March 28, 2000
BERKELEY, Calif. -- The U.S. Department of Energy's National Energy
Research Scientific Computing Center (NERSC) at Lawrence Berkeley
National Laboratory today announced that the first phase of its
new IBM RS/6000 SP system has met a demanding set of performance
benchmarks and is now ready for full use by researchers across the
As part of the acceptance testing, a select group of computational
scientists at national laboratories and universities were given
early access to the machine to thoroughly test the entire system.
Those researchers noted the high performance and ability to scale
problems on the SP, which is providing useful scientific results
in such areas as climate modeling, materials science and physics
"The performance of this supercomputer -- and the fact that DOE-supported
scientists are already putting it to productive use -- demonstrates
the Department of Energy's continuing leadership in computational
science," said Energy Secretary Bill Richardson. "Once the full
machine is installed at NERSC later this year, thousands of researchers
from universities and DOE laboratories will have access to the most
powerful unclassified computing center on earth. They'll use this
incredible resource to develop powerful new simulation tools for
modeling and understanding human health, for developing new sources
of energy, protecting our environment and understanding fundamental
aspects of the physical world."
A key area of research by NERSC users is simulating combustion,
with the goal of designing automobile engines which use less gasoline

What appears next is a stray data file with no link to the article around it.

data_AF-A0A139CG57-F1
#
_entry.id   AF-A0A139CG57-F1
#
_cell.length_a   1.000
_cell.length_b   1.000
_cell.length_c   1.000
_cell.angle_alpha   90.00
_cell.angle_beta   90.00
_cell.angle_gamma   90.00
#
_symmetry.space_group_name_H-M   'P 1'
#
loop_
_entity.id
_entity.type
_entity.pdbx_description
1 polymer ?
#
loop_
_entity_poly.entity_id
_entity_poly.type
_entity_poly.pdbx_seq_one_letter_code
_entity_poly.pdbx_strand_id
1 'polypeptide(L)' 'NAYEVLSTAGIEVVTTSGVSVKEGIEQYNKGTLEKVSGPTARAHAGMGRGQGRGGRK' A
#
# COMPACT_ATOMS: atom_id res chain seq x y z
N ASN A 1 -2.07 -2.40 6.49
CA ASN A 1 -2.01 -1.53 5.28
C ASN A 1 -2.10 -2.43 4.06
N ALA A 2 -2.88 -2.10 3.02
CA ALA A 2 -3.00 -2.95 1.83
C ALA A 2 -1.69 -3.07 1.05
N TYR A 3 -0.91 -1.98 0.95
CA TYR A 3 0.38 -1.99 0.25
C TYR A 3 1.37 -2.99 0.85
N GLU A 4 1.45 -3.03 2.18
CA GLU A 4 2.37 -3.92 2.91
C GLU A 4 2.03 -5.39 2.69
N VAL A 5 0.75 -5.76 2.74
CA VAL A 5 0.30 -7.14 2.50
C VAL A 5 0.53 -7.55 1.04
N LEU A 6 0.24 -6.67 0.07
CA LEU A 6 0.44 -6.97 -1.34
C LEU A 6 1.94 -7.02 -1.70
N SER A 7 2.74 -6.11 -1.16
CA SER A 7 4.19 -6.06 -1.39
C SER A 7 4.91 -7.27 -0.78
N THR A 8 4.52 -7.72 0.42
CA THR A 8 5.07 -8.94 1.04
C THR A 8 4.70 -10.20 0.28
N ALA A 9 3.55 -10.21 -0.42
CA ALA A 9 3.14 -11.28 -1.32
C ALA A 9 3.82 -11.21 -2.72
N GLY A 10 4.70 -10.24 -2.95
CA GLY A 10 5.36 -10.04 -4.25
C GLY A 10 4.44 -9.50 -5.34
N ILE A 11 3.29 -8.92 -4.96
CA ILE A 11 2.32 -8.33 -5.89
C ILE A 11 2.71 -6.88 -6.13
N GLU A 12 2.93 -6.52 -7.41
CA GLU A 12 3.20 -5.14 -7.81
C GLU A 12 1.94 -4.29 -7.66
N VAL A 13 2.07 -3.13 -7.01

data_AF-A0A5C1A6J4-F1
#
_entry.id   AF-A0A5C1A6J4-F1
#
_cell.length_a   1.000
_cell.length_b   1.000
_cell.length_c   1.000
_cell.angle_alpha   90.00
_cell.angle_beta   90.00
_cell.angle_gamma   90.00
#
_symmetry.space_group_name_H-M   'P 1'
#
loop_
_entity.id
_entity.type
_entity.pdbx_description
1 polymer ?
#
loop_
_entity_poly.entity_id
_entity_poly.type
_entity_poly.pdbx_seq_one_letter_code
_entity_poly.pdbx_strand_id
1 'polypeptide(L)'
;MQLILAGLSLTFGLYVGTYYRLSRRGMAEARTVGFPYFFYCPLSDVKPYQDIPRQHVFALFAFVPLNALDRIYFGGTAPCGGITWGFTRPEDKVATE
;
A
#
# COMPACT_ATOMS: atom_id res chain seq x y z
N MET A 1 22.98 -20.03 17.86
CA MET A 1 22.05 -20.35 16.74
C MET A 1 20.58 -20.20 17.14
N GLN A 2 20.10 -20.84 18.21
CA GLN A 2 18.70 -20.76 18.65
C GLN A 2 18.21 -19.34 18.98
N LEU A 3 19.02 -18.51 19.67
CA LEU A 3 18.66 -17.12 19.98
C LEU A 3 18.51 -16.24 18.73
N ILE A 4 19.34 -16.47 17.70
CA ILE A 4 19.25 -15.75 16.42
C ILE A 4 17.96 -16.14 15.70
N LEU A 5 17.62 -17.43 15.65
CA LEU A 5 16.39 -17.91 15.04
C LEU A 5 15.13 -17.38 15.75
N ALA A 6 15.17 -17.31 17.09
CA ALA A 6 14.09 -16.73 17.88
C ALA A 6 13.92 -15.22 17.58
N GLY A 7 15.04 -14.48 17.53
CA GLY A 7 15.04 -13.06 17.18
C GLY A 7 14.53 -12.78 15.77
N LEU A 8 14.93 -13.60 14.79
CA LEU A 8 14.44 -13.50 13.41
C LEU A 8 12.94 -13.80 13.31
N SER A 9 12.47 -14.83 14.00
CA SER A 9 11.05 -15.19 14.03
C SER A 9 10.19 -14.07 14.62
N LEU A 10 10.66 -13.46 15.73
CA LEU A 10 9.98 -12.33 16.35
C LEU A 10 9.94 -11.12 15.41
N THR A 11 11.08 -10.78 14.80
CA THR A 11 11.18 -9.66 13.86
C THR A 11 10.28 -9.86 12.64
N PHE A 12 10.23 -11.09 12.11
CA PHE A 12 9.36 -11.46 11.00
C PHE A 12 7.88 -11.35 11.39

and emit fewer pollutants -- as well as eventually saving up to
$31 billion annually in energy-associated costs in the United States.
The interior of an internal combustion engine is a hot, dirty and
potentially dangerous environment for conducting experiments --
and building and modifying engine components for testing is both
time-consuming and expensive. With accurate combustion modeling
on supercomputers like the IBM SP, scientists can study the entire
process and make incremental changes in the model system to test
new ideas for studying internal combustion engines, as well as industrial
boilers used to generate electricity. Besides saving energy, improvements
in combustion could reduce annual emissions of carbon dioxide by
505 million tons.
The first phase of NERSC's IBM system consists of an RS/6000 SP
with 304 POWER3 SMP nodes with two processors per node. In all,
Phase I has 512 processors for computing, 256 gigabytes of memory
and 10 terabytes of disk storage for scientific computing. The system
has a peak performance of 410 gigaflop/s, or 410 billion calculations
Phase II, slated for installation no later than December 2000,
will consist of 152 16- processor SMP nodes, utilizing an enhanced
POWER3 microprocessor. The entire system will have 2,048 processors
dedicated to large-scale scientific computing and another 384 processors
devoted to system tasks. The system will have a peak performance
capability of more than 3 teraflop/s, or 3 trillion calculations
per second. The second phase will be installed in Berkeley Lab's
new scientific facility currently under construction in Oakland,
"We are committed to providing NERSC's national user community
with the most advanced high-performance computing resources, and
this partnership between Berkeley Lab and IBM ensures that the system
met the very demanding performance criteria we defined at the outset,"
said Berkeley Lab Director Charles Shank. "Our priority is to ensure
that the system will be capable of handling the day-in and day-out
large-scale scientific computing needs of scientists across the
NERSC serves 2,500 researchers at national labs, universities and
industry across the nation who are working on Department of Energy-funded
programs such as combustion, climate modeling, fusion energy, materials
science and computational biology. NERSC is also home to a Cray
T3E-900 supercomputer, three Cray SV1 computers and a Cray J90se
machine and provides its users with a High Performance Storage System
capable of storing 750 terabytes of data.
Here are some early results from users who were allowed access